5 Aug 2007
In Beautiful Code, Henry S. Warren, Jr., discusses a population count or sideways sum algorithm, which "calculates the number of bits in a computer word that are 1."  The problem of finding the number of set bits in a binary value has a number of applications, apparently, although I have never seen it except in answering Google interview questions. (Representing a set of elements as a bit string, with the bit corresponding to an element set to 1 if the element is present in the set, is fairly common. However, I have never had to count the number of elements in the set.)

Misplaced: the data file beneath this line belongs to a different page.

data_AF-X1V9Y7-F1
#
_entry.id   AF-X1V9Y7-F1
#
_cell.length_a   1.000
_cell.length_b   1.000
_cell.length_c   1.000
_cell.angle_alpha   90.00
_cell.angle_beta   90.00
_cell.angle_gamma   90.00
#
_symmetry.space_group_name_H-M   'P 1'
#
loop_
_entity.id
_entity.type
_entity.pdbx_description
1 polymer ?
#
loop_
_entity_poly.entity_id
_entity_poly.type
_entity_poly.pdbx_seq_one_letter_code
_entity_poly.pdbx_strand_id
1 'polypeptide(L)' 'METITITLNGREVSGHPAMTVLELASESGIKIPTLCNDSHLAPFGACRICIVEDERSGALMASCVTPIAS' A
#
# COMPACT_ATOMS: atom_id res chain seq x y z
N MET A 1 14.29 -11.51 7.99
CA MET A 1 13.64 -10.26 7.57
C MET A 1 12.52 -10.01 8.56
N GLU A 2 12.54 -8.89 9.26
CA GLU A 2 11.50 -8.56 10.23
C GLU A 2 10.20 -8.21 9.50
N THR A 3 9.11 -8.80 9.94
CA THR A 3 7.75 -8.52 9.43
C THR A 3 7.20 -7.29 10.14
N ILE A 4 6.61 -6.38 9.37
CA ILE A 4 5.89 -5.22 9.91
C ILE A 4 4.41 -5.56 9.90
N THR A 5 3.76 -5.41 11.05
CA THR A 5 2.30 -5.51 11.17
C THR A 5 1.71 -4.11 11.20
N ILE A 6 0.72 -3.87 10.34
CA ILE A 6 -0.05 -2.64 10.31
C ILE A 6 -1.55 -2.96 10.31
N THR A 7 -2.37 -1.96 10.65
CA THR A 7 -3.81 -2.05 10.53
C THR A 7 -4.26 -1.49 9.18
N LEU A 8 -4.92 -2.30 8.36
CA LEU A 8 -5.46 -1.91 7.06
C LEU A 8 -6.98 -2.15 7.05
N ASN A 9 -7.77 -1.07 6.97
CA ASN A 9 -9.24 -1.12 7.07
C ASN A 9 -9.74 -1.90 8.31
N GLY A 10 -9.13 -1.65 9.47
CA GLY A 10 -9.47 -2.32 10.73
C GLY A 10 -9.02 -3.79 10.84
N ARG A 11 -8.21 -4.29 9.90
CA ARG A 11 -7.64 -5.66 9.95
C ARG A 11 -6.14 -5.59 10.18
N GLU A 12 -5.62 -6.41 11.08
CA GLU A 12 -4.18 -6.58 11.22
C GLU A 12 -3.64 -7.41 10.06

Warren describes several ways of computing the count, from a couple of simple iterations over the bits of the value (in this case, one C int of 32-bits) to a table lookup, and finally to a couple non-trivial bit-manipulation schemes. The fourth algorithm, using a parallel divide-and-conquer approach, is particularly nice, from both an analysis as well as a performance viewpoint, and is the subject of this note.
I needed notation that is not easily available in HTML (or ReStructured Text), so I used LaTeX and provide PDF copy of the analysis.
|||Henry S. Warren, "The Quest for an Accelerated Population Count," in Beautiful Code: Leading Programmers Explain How They Think, edited by Andy Oram and Greg Wilson, O'Reilly Media, 2007.|